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    Refresh Yourself

    No amount of pool time or shade can shake the August heat. Sometimes, in these dog days of summer, we need to cool ourselves from within. Here, PRIOR takes a look at five refreshing treats from around the world.

    Chilled sweet treats are a favorite way to take the edge off oppressive heat no matter what age you are, and indulging in them often becomes a summertime ritual for us all. In Japan, it’s fluffy shaved ice towers known as kakigōri. In India, it’s kulfi, a dense and intensely creamy ice cream flavored with rose, mango or cardamom. Here, we speak to five summer refreshments from some of our most beloved (and currently missed) destinations across the globe.

    Éma’a, Syria

    While traveling to Syria right now is sadly out of the question, we can’t help but pine for Éma’a, which can be found throughout the Levant but in its best incarnation on the streets of Damascus. Originating from the historic ice cream parlor Bakdash in the majestic Souk Al Hamidiya, éma’a is something akin to a mix of ice cream and taffy by way of a Middle Eastern spice and fragrance stall. Made with milk, sugar, a distinctly regional mastic, sahlab and rosewater, the mixture becomes a kind of gum as men pound it with wooden paddles in quite a dramatic display. Topped with brilliant green pistachios, it has all the look of an American sundae, but with the romance and history of the Levant.

    One of PRIOR’s favorite tapas bars for Gazpacho in Seville, Rinconcillo; a ripe and ready mango; Sicilian granita and brioche at the bar of Pasticceria Spinella in Catania. Photos by Pablo Zamora and Conor Burke.

    Granita, Italy

    In the morning bustle at the pasticcerie of Noto, Catania, Messina and Modica, you’ll see bowls of granita with brioche col tuppo, whipped cream, and doppio espresso (naturally). Distinct from gelato or sorbet, the coarse, crystalline texture of Sicilian granita is key—that and the purest of local ingredients, from the traditional puckery lemon to the creamy almond or pistachio or, if you happen to be on the island in that tiny window when mulberries are in season, a gelsi. The dish’s origins began on the epic heights of Mount Etna, where nevarolu, men who collected snow and ice in winter, would store their harvest in caves dotted atop the pea. Heavy work for a sweet treat, but it’s clearly worth it.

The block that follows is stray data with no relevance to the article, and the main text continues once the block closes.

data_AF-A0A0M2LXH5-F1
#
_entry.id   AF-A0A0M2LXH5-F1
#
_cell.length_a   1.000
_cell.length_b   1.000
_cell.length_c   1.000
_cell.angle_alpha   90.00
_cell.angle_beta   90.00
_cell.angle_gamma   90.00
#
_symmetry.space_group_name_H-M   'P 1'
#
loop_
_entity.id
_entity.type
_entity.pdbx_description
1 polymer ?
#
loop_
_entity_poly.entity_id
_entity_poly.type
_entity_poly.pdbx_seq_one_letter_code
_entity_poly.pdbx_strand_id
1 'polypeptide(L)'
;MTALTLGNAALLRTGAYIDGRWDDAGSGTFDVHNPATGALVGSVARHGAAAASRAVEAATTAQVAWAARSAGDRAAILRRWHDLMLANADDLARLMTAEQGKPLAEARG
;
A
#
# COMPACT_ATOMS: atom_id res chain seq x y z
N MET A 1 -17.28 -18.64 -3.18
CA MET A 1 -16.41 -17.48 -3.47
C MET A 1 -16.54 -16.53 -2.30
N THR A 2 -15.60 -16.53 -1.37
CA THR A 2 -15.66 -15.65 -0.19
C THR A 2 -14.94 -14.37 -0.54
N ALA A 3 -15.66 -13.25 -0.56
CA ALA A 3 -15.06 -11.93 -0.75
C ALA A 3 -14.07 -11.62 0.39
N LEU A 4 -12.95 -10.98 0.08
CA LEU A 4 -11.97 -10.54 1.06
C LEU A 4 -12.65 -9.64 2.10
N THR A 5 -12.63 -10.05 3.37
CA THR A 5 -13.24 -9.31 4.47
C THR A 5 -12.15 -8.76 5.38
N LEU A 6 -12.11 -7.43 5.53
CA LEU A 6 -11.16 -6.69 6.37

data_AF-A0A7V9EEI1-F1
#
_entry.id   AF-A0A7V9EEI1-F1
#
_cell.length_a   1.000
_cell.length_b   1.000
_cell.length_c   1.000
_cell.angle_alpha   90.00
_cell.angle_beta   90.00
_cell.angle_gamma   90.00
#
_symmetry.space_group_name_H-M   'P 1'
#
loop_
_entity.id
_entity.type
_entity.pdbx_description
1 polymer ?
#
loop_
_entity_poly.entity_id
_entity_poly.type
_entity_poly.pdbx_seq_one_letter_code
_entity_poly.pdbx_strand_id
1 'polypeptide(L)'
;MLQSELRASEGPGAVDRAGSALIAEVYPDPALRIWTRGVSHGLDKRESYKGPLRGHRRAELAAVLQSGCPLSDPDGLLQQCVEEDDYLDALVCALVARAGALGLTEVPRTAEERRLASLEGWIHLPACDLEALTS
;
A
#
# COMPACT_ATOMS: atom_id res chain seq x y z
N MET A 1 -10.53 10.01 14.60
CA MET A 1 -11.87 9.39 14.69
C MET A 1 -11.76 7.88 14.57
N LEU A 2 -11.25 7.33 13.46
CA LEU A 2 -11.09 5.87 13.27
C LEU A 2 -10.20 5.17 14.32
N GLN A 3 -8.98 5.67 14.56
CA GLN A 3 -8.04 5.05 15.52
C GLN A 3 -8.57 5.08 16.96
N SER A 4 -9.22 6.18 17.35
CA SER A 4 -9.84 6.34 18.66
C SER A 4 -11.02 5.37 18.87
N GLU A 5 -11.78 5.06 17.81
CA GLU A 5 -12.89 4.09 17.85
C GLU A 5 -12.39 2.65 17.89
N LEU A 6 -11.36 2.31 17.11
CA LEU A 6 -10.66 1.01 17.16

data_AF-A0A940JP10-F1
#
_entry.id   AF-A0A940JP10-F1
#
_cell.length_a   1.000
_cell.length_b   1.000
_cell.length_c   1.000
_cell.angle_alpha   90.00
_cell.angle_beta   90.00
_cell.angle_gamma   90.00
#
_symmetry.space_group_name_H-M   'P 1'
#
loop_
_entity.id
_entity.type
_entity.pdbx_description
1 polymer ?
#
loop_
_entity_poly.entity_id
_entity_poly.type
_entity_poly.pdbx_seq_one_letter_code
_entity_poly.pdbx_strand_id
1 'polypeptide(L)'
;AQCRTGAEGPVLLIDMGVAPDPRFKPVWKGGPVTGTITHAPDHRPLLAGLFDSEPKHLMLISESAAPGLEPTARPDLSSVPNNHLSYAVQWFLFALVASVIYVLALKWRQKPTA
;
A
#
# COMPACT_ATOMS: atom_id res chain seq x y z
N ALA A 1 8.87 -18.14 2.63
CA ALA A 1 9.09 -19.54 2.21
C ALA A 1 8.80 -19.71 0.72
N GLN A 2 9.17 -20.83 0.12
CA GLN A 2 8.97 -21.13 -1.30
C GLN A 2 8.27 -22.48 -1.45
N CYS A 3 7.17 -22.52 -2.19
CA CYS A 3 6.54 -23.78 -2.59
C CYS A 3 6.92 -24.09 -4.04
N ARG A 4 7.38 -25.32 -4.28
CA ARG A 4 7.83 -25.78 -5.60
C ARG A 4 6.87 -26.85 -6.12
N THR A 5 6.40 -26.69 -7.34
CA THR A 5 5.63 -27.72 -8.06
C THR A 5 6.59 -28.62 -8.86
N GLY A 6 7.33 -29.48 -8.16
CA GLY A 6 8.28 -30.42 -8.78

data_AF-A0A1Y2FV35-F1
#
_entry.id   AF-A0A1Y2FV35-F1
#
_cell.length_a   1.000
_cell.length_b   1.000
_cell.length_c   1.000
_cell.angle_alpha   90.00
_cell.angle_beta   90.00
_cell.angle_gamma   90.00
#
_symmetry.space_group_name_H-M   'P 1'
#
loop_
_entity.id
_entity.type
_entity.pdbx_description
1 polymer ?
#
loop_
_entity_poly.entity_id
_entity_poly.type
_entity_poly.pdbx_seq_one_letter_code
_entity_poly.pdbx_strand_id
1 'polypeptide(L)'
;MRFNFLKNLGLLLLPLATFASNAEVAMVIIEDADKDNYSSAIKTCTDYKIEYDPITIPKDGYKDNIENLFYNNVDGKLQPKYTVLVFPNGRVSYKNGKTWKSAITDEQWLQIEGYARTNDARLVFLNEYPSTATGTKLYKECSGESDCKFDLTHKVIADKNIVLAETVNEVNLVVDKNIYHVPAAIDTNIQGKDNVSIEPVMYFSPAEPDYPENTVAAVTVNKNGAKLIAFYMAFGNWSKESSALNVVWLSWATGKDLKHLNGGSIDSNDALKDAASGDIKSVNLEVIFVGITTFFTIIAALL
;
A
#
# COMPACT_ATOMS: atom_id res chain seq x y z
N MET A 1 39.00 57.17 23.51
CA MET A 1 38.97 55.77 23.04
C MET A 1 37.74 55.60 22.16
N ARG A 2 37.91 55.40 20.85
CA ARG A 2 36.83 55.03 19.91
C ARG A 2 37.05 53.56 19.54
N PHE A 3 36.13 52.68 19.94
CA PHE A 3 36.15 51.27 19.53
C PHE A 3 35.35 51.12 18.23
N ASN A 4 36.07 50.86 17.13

Paletas, Mexico

    Whether agua- or leche-based, the flavor of these popsicles is all down to the ingredients packed within; fresh fruit, flower petals, herbs, nuts and spices are all fair game. Peer into the freezer of a paletas vendor and you’ll see a rainbow of colors from magenta hibiscus flower to the speckled gold and red of mango con chile to pale green avocado. The rural town of Tocumbo in the state of Michoacán is credited as the birthplace of the paleta, and its popularity birthed an industry. Now, paleterias across the country reflect local tastes.

    Paleta Mango con chile; Damascus’ majestic Souk Al Hamidiya where historic ice cream parlour Bakdash has operated since 1895. Photos by Laila Said and Pablo Zamora.

    Chilled Mango, Australia

    A Bowen mango plucked from the fridge or a beachside esky (“cooler” in Aussie) is one of summer’s great pleasures in Queensland, where the midday heat is positively scorching. While some varieties develop a gentle pink or red blush as they ripen, your guide should be the feel and aroma of the fruit: You want a slight give to the flesh and a fruity perfume on the stem end. With a sharp knife, cut either side of the fruit right along the stone. Then, crosshatch the flesh inside and turn the entire piece inside out, so that each cube of mango can be readily eaten. Some, though, prefer to tackle the stone whole, slurping as they go.

    Gazpacho, Spain

    Of course the Spanish find a way to be contrarian: Gazpacho is our lone savory entry.

    This cold soup is said to have arrived in Andalucia on the backs of Roman soldiers, who would sustain themselves on stale bread enlivened with garlic, vinegar, olive oil, and salt. Tomatoes were added after Christopher Columbus returned from the Americas. Variations on the recipe appear throughout the region, from the addition of chopped onions in Jerez de la Frontera to crushed cumin in Granada, but what’s consistent is the need for the ripest of tomatoes. In other words, this dish is best savored in August, during the bounty of the late summer harvest.

    Conor Burke

    Conor Burke is a creative director and photographer living in New York, by way of Sydney and Dublin. He oversees PRIOR’s creative, having previously run photographer and interior artist Martyn Thompson’s design studio. Before that he was the market editor at VOGUE Living and a contributing editor at GQ Australia.

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